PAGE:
If you’re making fajitas take a sizable portion of the meat (that you would expect to be used in the first serving) and cut AGAINST THE GRAIN. If you forget this step, then all of your previous tenderizong work will be for nothing!! If you’re serving Carne Asada you should remind those eating to cut against the grain for best results (and also that if they want their steak prepared on either extreme of the temerature scale {Rare or Well Done} than they will be detracting from the authenticity of the meal)
    I hope everything works out! Enjoy! And I have another recipe for the Carne Asada that has a much more mild South American feel (as it is a South American version of Carne Asada) if this one doesn’t work out! Give me a hollar if you need anything or have a question.

    1. Never gonna try this, but just thought I’d say; you’re awesome. Love when people actually go as in depth as they can to help others over the Internet. You deserve the applause of the day. *Slow clap, increasing tempo* *Cue the confetti*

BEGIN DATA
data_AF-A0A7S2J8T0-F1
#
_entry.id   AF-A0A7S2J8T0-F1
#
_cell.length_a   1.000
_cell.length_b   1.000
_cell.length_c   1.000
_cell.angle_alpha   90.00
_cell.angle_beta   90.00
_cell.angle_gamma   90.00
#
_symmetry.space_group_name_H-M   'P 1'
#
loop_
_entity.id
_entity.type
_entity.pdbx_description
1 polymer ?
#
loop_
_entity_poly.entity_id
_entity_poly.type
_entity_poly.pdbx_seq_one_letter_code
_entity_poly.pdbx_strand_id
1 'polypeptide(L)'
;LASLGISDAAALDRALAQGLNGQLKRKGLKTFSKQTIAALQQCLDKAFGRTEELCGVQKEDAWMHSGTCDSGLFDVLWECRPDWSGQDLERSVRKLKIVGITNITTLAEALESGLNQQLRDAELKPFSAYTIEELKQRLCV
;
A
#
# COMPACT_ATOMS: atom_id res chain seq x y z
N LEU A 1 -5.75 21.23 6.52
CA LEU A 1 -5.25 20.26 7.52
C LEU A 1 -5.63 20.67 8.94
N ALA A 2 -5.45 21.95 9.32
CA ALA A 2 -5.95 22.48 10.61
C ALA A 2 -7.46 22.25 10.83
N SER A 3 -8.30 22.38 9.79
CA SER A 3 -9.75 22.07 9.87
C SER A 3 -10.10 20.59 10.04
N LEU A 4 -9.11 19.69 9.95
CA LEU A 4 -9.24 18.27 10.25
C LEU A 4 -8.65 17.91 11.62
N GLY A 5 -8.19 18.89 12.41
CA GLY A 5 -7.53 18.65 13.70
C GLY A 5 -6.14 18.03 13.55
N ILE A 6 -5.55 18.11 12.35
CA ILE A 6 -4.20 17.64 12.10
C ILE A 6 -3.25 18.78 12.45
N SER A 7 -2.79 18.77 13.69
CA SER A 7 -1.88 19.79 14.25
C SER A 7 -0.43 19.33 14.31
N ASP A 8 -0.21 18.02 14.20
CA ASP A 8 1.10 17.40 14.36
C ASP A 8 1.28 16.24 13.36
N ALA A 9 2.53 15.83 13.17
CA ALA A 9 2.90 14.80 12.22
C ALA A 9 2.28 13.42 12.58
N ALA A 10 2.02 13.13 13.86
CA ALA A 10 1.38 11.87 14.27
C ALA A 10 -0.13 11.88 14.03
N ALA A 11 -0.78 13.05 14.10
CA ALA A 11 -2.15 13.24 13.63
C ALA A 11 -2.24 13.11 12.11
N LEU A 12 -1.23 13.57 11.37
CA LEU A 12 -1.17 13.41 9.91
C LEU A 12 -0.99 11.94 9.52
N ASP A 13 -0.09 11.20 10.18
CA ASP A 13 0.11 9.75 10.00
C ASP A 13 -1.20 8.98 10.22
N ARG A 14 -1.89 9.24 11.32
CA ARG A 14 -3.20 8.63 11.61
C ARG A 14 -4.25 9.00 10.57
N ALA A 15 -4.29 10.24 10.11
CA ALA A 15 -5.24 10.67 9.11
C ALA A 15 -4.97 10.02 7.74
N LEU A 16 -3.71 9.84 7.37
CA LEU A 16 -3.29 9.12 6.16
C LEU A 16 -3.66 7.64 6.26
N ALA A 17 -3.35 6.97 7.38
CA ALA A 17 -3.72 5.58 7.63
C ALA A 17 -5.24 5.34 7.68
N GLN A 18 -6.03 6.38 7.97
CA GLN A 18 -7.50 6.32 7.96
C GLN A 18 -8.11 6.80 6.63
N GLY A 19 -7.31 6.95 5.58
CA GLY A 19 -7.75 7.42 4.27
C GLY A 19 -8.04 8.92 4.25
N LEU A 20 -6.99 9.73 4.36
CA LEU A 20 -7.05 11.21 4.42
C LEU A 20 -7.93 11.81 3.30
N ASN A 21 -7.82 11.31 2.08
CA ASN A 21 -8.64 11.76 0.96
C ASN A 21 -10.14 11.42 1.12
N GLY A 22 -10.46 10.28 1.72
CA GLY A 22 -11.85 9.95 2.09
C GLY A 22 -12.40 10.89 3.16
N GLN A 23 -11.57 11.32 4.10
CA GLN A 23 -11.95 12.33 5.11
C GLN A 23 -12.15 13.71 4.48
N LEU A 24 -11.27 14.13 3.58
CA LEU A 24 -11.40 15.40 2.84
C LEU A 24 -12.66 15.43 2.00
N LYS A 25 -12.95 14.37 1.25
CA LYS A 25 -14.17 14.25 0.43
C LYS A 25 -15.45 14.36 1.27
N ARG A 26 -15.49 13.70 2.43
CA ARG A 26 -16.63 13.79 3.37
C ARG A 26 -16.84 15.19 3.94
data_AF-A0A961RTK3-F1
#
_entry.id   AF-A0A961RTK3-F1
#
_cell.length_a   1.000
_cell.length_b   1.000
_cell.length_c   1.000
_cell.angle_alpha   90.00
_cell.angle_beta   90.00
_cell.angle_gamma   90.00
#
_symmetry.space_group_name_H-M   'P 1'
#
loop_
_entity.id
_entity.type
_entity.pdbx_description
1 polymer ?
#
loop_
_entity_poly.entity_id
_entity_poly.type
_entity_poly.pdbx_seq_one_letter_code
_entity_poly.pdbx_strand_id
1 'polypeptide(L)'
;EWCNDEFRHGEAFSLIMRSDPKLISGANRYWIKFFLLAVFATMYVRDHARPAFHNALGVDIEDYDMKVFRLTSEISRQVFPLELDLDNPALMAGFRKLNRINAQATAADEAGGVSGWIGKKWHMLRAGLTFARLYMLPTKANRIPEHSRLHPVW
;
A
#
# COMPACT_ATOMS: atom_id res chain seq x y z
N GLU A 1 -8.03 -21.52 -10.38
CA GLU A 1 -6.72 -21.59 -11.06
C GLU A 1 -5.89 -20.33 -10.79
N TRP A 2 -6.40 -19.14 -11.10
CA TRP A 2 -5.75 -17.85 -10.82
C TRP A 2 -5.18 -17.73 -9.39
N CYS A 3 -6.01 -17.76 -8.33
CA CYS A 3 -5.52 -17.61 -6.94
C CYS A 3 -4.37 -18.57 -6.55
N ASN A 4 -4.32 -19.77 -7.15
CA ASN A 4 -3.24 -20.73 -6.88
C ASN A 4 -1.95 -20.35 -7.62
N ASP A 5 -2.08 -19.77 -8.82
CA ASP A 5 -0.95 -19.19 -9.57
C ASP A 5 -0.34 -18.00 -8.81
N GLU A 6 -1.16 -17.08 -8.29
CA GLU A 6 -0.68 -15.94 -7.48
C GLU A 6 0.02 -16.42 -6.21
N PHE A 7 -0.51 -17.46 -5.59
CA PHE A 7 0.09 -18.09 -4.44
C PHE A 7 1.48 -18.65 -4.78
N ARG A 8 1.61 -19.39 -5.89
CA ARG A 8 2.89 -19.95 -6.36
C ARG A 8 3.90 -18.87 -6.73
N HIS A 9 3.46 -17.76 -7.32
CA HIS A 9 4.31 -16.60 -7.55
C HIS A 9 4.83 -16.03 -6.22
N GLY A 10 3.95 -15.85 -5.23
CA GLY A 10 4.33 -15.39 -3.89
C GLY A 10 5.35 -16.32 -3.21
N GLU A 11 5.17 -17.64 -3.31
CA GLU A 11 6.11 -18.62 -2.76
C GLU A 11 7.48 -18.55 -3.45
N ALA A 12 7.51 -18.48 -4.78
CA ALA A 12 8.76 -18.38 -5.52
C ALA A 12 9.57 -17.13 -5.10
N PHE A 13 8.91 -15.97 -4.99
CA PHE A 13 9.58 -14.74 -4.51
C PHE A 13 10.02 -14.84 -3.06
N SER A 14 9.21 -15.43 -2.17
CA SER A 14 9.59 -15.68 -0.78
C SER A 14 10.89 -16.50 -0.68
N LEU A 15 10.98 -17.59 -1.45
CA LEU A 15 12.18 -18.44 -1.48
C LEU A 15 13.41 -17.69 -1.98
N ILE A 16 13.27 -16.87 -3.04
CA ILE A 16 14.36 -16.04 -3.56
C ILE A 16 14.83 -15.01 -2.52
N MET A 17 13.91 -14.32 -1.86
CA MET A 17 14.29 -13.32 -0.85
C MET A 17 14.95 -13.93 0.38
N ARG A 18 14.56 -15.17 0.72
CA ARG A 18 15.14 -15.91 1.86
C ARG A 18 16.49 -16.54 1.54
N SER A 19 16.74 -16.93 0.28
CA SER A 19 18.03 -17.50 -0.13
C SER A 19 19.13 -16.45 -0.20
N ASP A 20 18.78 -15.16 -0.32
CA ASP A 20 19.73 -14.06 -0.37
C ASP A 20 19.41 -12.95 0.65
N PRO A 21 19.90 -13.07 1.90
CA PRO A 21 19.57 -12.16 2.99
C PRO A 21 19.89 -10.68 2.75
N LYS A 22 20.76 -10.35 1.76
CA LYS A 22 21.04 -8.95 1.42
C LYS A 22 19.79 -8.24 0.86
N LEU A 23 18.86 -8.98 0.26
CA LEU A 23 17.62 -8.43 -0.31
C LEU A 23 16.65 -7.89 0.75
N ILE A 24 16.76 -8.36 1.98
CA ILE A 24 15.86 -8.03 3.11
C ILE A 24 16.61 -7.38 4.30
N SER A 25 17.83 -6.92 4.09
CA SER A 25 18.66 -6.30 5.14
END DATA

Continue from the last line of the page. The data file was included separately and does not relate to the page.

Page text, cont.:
7. ok so I actually opened a wordpress account only to reply to your post cause Im really garteful for the grat work you are doing translating this novel. I am no chef but I am mexican ad my seasoning is pretty good if you try the recipe I hope you will like it:

    For 4 people(adults):
    2 lbs regular steak or flank steak(if you prefer), marinate with 2 tbsp of worcestershire sauce, 2 tbsp of mustard(regular), lime juice from half a lime, garlic salt and pepper to your taste, you can leave it to marinate for a couple of hours or just grill it right away, chop the steak until you are satisfied with the size and eat it with some corn tortilla, it will taste better with some pico de gallo which is basically chopped onion, tomato, cilantro and some jalapeños with some lime juice and you are good to go